The late justice served for America's opioid crisis
The opioid crisis continues to grow, and the company that produced Oxycontin is finally facing consequences for creating it.
The opioid crisis has led to the death of 470,000 people since 2000. Half a million people fell victim to prescription drug use and the country continues to feel the repercussions. Now, Purdue Pharma, the maker of OxyContin will plead guilty to three criminal charges resulting in an $8 billion settlement for its involvement in the creation of the crisis.
On Wednesday, Oct. 21, it was announced by the Justice Department that Purdue Pharma is set to pay this lump sum. However, the settlement did not disclose the names any of the company’s executives or owners.
A criminal investigation continues searching for criminal liability, but it will be a long time before we see anyone individually held accountable.
Experts say OxyContin was the prescription painkiller that helped kick off the opioid epidemic in the U.S. Purdue has pleaded guilty to three charges including conspiracy to defraud the United State and violation federal anti-kickback laws.
The nationwide tragedy is being overshadowed by the elections, which at another time would have been blown up in media outlets everywhere. Purdue Pharma is the most high-profile settlement achieved by the federal government over a drugmaker in its history, but it does not nearly cover enough of the damage.
If this sounds alarming, it’s because it is. Purdue Pharma is responsible for the opioid addiction and overdose crisis that has been plaguing the country since the beginning of the millennium.
The Sackler family were the owners of the company, but no longer serve as members of the board.
Steve Miller, the chairman of the company’s board since 2018 expressed sorrow at the company’s role in the crisis.
“Purdue deeply regrets and accepts responsibility for the misconduct detailed by the Department of Justice in the agreed statement of facts,” he said.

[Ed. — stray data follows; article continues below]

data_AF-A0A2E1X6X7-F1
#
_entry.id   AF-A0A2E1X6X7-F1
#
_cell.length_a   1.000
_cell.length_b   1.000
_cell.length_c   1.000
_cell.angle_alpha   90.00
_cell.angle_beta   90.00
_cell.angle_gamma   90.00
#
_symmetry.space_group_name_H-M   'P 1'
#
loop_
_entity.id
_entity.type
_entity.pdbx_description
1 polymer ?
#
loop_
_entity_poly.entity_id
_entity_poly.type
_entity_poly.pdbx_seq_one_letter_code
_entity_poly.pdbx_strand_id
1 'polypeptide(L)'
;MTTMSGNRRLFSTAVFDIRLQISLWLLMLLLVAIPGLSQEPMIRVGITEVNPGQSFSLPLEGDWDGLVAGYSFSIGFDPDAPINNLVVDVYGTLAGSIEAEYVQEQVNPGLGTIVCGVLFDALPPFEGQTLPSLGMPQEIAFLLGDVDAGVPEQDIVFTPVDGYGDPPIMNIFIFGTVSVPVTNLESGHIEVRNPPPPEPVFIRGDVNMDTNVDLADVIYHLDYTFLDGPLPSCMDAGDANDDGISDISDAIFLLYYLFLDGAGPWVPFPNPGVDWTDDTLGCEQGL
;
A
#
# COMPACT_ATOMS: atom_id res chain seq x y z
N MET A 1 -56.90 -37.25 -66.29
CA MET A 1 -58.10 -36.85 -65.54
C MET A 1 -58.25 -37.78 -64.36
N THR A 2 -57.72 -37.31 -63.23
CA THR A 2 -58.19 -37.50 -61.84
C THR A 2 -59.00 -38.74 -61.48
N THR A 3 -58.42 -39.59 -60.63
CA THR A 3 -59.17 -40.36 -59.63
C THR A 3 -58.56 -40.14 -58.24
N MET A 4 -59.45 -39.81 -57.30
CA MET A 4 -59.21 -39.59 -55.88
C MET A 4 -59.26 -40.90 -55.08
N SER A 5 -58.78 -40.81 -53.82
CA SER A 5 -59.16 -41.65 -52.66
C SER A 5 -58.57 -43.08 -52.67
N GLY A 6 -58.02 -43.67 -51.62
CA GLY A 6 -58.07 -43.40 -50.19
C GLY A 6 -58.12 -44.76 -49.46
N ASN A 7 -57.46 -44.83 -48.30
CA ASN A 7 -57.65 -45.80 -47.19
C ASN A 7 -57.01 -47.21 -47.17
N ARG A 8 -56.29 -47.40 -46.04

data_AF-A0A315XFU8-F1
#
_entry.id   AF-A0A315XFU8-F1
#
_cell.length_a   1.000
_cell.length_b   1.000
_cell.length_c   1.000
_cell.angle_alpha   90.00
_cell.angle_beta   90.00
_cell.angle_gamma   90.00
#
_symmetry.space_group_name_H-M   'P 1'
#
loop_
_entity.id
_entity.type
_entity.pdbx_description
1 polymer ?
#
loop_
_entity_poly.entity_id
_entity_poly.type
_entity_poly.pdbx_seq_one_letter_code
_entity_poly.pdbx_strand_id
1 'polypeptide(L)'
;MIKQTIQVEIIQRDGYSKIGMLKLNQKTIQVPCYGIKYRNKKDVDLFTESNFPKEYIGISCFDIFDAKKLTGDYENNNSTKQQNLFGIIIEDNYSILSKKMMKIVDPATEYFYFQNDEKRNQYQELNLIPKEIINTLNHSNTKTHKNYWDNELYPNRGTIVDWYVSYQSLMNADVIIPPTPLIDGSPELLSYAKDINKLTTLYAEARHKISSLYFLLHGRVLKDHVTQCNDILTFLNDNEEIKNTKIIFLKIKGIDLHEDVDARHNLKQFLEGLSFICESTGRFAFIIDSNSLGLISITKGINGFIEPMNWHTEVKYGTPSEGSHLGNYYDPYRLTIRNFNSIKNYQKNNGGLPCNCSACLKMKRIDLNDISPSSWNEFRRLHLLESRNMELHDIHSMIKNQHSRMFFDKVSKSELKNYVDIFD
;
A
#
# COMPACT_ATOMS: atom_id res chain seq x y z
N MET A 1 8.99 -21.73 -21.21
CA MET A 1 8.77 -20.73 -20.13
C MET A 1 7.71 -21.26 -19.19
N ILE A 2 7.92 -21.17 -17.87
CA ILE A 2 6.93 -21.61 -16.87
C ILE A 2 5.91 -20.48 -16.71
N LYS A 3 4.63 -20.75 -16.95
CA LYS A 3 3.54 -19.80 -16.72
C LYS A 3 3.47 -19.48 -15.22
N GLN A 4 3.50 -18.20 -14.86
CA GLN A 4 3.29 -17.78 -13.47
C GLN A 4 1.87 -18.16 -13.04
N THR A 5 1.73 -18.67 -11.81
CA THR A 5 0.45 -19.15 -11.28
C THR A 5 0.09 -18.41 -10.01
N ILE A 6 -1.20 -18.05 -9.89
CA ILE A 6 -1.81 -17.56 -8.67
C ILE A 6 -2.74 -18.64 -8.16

But those deep regrets do not undo the harm.
The opioid crisis has been felt throughout the millennial generation most, and two counties in New Jersey have been considered the epicenter. According to the CDC Wonder, drug and opioid related overdose deaths have been on an uptick since 2014.
In Philadelphia, Pennsylvania there are similar numbers. In 2019, 1,150 people died from drug overdoses in the city, with over 80% of those being opioid related.
In 2020, the pandemic exacerbated those numbers.
Though the problem is put in our faces everyday, in the thick of the crisis, it extends far beyond Pennsylvania and New Jersey’s borders, with rises in addiction and opioid-related deaths jumping nationwide.
Though the deal comes days ahead of the presidential election, it has still been put on the back burner.
Part of the settlement includes Big Pharma admitting it impeded the Drug Enforcement Administration by demonstrating a successful program to avoid drug diversion and reporting information that was misleading.
Thirty-eight members of Congress wrote a statement on the settlement:
“Millions of American families impacted by the opioid epidemic are looking to you and your Department for justice. Justice for the sleepless nights spent worrying about sons and daughters trapped in the grip of substance use disorder, justice for the jobs lost and the lives ruined, and justice for the lives of loved ones lost to overdoses. If the only practical consequence of your Department’s investigation is that a handful of billionaires are made slightly less rich, we fear that the American people will lose faith in the ability of the Department to provide accountability and equal justice under the law.”
Moreover the different billions of dollars the company will pay in fines, in addition to the millions the Sackler family will pay, no amount of money will replace the damage created.